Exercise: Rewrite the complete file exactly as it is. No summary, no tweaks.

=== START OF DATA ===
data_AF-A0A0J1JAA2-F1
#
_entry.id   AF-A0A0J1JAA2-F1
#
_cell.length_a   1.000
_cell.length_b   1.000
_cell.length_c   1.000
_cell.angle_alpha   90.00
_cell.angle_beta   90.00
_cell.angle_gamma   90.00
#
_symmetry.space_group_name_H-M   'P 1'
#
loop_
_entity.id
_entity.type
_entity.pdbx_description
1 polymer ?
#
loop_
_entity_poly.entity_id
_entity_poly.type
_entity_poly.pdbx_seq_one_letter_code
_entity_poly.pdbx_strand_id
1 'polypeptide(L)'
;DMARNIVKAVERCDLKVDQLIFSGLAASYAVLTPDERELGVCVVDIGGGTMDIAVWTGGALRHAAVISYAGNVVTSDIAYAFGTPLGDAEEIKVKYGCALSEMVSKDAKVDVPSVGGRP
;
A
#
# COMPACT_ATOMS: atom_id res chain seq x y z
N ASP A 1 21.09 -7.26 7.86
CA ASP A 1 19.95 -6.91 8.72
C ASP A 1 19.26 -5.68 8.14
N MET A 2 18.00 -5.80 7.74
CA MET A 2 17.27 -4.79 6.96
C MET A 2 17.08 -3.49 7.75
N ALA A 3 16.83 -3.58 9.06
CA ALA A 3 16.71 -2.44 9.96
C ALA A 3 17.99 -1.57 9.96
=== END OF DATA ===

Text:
data_AF-A0A0J1JAA2-F1
#
_entry.id   AF-A0A0J1JAA2-F1
#
_cell.length_a   1.000
_cell.length_b   1.000
_cell.length_c   1.000
_cell.angle_alpha   90.00
_cell.angle_beta   90.00
_cell.angle_gamma   90.00
#
_symmetry.space_group_name_H-M   'P 1'
#
loop_
_entity.id
_entity.type
_entity.pdbx_description
1 polymer ?
#
loop_
_entity_poly.entity_id
_entity_poly.type
_entity_poly.pdbx_seq_one_letter_code
_entity_poly.pdbx_strand_id
1 'polypeptide(L)'
;DMARNIVKAVERCDLKVDQLIFSGLAASYAVLTPDERELGVCVVDIGGGTMDIAVWTGGALRHAAVISYAGNVVTSDIAYAFGTPLGDAEEIKVKYGCALSEMVSKDAKVDVPSVGGRP
;
A
#
# COMPACT_ATOMS: atom_id res chain seq x y z
N ASP A 1 21.09 -7.26 7.86
CA ASP A 1 19.95 -6.91 8.72
C ASP A 1 19.26 -5.68 8.14
N MET A 2 18.00 -5.80 7.74
CA MET A 2 17.27 -4.79 6.96
C MET A 2 17.08 -3.49 7.75
N ALA A 3 16.83 -3.58 9.06
CA ALA A 3 16.71 -2.44 9.96
C ALA A 3 17.99 -1.57 9.96